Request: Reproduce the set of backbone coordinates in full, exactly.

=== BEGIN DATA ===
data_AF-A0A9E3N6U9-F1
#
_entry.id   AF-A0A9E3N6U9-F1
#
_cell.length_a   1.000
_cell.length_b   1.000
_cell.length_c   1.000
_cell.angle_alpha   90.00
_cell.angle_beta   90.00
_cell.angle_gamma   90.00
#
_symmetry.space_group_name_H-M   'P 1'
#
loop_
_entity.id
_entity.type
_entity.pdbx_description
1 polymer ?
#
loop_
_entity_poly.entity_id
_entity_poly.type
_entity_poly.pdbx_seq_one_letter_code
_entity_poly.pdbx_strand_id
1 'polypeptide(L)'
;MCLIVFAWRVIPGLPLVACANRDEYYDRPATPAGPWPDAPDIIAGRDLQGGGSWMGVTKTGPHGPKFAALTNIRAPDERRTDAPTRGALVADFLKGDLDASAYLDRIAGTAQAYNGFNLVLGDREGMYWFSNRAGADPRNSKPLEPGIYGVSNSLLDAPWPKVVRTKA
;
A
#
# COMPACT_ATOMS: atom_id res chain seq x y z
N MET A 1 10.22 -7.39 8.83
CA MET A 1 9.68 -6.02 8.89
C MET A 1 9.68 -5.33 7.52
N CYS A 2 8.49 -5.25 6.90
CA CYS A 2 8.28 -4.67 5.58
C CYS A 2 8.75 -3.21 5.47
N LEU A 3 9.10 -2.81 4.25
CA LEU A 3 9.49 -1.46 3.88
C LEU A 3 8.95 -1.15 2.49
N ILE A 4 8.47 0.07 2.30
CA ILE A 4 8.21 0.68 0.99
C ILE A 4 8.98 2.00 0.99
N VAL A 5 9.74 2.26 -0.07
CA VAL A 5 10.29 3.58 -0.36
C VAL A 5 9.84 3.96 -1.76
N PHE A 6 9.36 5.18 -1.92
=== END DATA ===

data_AF-A0A9E3N6U9-F1
#
_entry.id   AF-A0A9E3N6U9-F1
#
_cell.length_a   1.000
_cell.length_b   1.000
_cell.length_c   1.000
_cell.angle_alpha   90.00
_cell.angle_beta   90.00
_cell.angle_gamma   90.00
#
_symmetry.space_group_name_H-M   'P 1'
#
loop_
_entity.id
_entity.type
_entity.pdbx_description
1 polymer ?
#
loop_
_entity_poly.entity_id
_entity_poly.type
_entity_poly.pdbx_seq_one_letter_code
_entity_poly.pdbx_strand_id
1 'polypeptide(L)'
;MCLIVFAWRVIPGLPLVACANRDEYYDRPATPAGPWPDAPDIIAGRDLQGGGSWMGVTKTGPHGPKFAALTNIRAPDERRTDAPTRGALVADFLKGDLDASAYLDRIAGTAQAYNGFNLVLGDREGMYWFSNRAGADPRNSKPLEPGIYGVSNSLLDAPWPKVVRTKA
;
A
#
# COMPACT_ATOMS: atom_id res chain seq x y z
N MET A 1 10.22 -7.39 8.83
CA MET A 1 9.68 -6.02 8.89
C MET A 1 9.68 -5.33 7.52
N CYS A 2 8.49 -5.25 6.90
CA CYS A 2 8.28 -4.67 5.58
C CYS A 2 8.75 -3.21 5.47
N LEU A 3 9.10 -2.81 4.25
CA LEU A 3 9.49 -1.46 3.88
C LEU A 3 8.95 -1.15 2.49
N ILE A 4 8.47 0.07 2.30
CA ILE A 4 8.21 0.68 0.99
C ILE A 4 8.98 2.00 0.99
N VAL A 5 9.74 2.26 -0.07
CA VAL A 5 10.29 3.58 -0.36
C VAL A 5 9.84 3.96 -1.76
N PHE A 6 9.36 5.18 -1.92